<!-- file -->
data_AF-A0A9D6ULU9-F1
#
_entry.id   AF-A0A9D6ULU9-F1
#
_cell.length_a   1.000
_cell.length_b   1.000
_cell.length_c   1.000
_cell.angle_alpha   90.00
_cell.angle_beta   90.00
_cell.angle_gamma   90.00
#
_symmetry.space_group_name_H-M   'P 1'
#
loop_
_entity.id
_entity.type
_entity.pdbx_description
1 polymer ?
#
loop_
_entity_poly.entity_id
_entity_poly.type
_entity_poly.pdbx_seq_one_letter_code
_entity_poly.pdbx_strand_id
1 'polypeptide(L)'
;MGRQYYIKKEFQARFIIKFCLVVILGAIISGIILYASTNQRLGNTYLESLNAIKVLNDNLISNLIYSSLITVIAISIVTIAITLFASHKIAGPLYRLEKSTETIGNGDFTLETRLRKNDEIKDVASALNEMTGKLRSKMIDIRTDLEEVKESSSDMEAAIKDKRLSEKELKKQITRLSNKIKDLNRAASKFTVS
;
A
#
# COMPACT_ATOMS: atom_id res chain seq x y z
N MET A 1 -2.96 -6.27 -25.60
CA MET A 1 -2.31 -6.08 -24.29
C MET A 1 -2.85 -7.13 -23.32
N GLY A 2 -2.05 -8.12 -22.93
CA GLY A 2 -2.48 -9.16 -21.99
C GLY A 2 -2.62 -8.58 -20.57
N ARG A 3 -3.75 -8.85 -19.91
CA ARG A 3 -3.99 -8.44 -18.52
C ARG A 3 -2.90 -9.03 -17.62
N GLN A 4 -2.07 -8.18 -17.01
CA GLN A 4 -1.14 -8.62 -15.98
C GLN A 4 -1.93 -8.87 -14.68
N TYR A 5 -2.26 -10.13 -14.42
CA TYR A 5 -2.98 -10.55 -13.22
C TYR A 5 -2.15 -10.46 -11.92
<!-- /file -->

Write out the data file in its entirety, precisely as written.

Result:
data_AF-A0A9D6ULU9-F1
#
_entry.id   AF-A0A9D6ULU9-F1
#
_cell.length_a   1.000
_cell.length_b   1.000
_cell.length_c   1.000
_cell.angle_alpha   90.00
_cell.angle_beta   90.00
_cell.angle_gamma   90.00
#
_symmetry.space_group_name_H-M   'P 1'
#
loop_
_entity.id
_entity.type
_entity.pdbx_description
1 polymer ?
#
loop_
_entity_poly.entity_id
_entity_poly.type
_entity_poly.pdbx_seq_one_letter_code
_entity_poly.pdbx_strand_id
1 'polypeptide(L)'
;MGRQYYIKKEFQARFIIKFCLVVILGAIISGIILYASTNQRLGNTYLESLNAIKVLNDNLISNLIYSSLITVIAISIVTIAITLFASHKIAGPLYRLEKSTETIGNGDFTLETRLRKNDEIKDVASALNEMTGKLRSKMIDIRTDLEEVKESSSDMEAAIKDKRLSEKELKKQITRLSNKIKDLNRAASKFTVS
;
A
#
# COMPACT_ATOMS: atom_id res chain seq x y z
N MET A 1 -2.96 -6.27 -25.60
CA MET A 1 -2.31 -6.08 -24.29
C MET A 1 -2.85 -7.13 -23.32
N GLY A 2 -2.05 -8.12 -22.93
CA GLY A 2 -2.48 -9.16 -21.99
C GLY A 2 -2.62 -8.58 -20.57
N ARG A 3 -3.75 -8.85 -19.91
CA ARG A 3 -3.99 -8.44 -18.52
C ARG A 3 -2.90 -9.03 -17.62
N GLN A 4 -2.07 -8.18 -17.01
CA GLN A 4 -1.14 -8.62 -15.98
C GLN A 4 -1.93 -8.87 -14.68
N TYR A 5 -2.26 -10.13 -14.42
CA TYR A 5 -2.98 -10.55 -13.22
C TYR A 5 -2.15 -10.46 -11.92